3. People have the right to contest a decision by the Local Assembly that they are not contributing according to reasonable ability to, or that they are taking more than according to need or reasonable desire from, the sharing economy (i.e., a decision that results in exclusion from the sharing economy), by presenting their case to the full Local Assembly (or relevant subcommittee if they prefer) and having it vote on the matter or, if they wish, to have the decision made by a formal public court of law as described in #2 above.

  4. People have the right to join their Local Assembly and be an equal with all other members of it, but only for the purpose of shaping society by the egalitarian values of equality (no rich and no poor, and fairness) and mutual aid (people helping each other, and fairness); any person clearly motivated by a contrary aim may be excluded from membership in the Local Assembly.

  5. Nobody in a local community is obliged to obey any authority other than that community's Local Assembly or authorities derived from delegation by that Local Assembly.

  6. People have the right to leave (if not lawfully incarcerated) any local community and the right to return to their local community of birth.

  7. No one shall be subjected to torture or to cruel, inhuman or degrading treatment or punishment.

  8. People have the right of freedom (e.g., to speak and publish by any technical mode, associate with others [or not, as they wish], choose and practice a religion [or not, as they wish], own personal property and use it as they wish, have personal privacy, marry and found a family [or not, as they wish], etc.) so long as the exercise of that freedom does not unjustly harm another person or promote the emergence, or strengthen the reality, of class inequality relations contrary to equality and mutual aid.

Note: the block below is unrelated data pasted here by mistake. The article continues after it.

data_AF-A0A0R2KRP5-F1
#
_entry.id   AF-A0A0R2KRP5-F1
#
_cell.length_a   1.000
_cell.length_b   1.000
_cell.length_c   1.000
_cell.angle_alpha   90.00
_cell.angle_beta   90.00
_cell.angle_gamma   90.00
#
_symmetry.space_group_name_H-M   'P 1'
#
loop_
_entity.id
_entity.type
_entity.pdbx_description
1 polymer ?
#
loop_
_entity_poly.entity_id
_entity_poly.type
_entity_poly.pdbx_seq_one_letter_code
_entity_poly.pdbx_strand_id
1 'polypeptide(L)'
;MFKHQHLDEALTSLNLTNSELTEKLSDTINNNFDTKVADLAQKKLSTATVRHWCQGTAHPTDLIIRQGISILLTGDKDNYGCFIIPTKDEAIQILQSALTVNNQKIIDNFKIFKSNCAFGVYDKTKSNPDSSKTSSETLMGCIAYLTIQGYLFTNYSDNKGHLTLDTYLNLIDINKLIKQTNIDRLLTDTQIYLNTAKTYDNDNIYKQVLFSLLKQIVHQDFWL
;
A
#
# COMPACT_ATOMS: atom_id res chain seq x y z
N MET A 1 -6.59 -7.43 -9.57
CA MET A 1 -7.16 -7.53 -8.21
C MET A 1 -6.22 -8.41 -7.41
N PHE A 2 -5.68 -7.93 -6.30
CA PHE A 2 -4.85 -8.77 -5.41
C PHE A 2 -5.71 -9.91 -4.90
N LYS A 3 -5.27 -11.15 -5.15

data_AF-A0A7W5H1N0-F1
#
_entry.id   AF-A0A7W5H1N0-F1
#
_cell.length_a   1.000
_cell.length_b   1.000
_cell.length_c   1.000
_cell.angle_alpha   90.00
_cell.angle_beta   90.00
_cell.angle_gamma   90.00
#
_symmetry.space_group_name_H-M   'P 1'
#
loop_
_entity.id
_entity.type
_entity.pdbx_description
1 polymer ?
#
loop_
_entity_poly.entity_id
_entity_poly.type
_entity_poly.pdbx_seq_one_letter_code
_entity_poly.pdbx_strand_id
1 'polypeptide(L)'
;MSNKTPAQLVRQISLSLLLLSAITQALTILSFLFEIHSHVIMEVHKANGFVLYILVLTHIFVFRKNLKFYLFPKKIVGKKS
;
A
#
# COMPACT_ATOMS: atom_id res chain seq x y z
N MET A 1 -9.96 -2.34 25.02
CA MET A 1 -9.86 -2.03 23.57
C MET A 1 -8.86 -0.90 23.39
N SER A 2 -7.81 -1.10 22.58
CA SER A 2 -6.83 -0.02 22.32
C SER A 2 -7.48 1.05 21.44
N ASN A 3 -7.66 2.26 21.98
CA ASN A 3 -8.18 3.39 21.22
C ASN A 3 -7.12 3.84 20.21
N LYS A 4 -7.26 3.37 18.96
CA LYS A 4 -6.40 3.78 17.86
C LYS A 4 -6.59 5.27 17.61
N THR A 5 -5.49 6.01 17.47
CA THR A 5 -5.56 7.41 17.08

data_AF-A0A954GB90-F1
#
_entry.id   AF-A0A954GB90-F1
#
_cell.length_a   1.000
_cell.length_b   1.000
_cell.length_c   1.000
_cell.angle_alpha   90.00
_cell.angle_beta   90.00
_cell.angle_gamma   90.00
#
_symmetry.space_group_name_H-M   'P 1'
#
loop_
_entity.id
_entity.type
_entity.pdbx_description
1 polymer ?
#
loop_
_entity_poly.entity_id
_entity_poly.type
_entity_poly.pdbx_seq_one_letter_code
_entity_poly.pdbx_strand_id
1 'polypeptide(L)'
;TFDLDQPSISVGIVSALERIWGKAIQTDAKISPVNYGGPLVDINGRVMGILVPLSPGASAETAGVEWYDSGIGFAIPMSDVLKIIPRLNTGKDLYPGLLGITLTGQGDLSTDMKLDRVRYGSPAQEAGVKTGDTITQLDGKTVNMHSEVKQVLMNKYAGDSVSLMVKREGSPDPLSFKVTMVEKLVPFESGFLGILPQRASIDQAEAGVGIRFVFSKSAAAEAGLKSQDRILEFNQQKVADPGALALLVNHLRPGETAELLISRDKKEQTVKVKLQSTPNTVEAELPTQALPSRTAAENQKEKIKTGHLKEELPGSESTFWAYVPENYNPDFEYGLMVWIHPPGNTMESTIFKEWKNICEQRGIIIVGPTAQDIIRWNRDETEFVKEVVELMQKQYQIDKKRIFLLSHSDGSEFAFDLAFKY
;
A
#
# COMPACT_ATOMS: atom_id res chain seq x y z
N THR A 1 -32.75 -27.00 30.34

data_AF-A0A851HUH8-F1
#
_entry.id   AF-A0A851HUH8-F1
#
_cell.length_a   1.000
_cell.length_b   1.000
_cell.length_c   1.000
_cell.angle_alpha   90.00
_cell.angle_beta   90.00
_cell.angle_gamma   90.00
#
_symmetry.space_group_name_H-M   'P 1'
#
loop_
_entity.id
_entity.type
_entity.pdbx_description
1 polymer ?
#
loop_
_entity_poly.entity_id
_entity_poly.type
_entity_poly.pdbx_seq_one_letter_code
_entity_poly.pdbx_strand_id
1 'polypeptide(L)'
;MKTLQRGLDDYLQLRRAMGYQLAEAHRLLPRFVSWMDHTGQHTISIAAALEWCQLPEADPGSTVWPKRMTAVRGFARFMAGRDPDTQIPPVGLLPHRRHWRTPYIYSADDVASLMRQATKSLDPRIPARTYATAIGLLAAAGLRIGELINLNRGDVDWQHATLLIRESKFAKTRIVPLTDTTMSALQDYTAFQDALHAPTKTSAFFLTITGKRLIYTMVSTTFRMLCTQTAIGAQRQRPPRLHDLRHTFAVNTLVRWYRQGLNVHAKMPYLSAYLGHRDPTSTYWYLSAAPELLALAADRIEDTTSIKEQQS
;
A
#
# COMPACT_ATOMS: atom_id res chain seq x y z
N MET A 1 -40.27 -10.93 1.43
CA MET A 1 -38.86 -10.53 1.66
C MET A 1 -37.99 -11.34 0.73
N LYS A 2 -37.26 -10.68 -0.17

9. People have the right to contribute to the sharing economy according to reasonable ability and in return to take--for free--products and services from the sharing economy according to reasonable need or desire or, in the case of scarce things, to have equal status when such things are equitably rationed according to need. People also have the right not to contribute to the sharing economy and thus forfeit permission to take from it for free. Everybody has the right to barter. Nobody has the right to use another person in a relationship of status inequality such as employer-employee or master-slave.

  10. People have the right to refuse to be in a militia or military organization in which they are required to obey militarily justified orders of elected superior officers.

  11. People have the right to bear arms for personal and collective self-defense.

  12. People have the right to personal privacy insofar as it does not violate the right(s) or deserved safety of others.

  13. People have the right to know the truth about what the government does insofar as it does not violate the right(s) or deserved safety of others.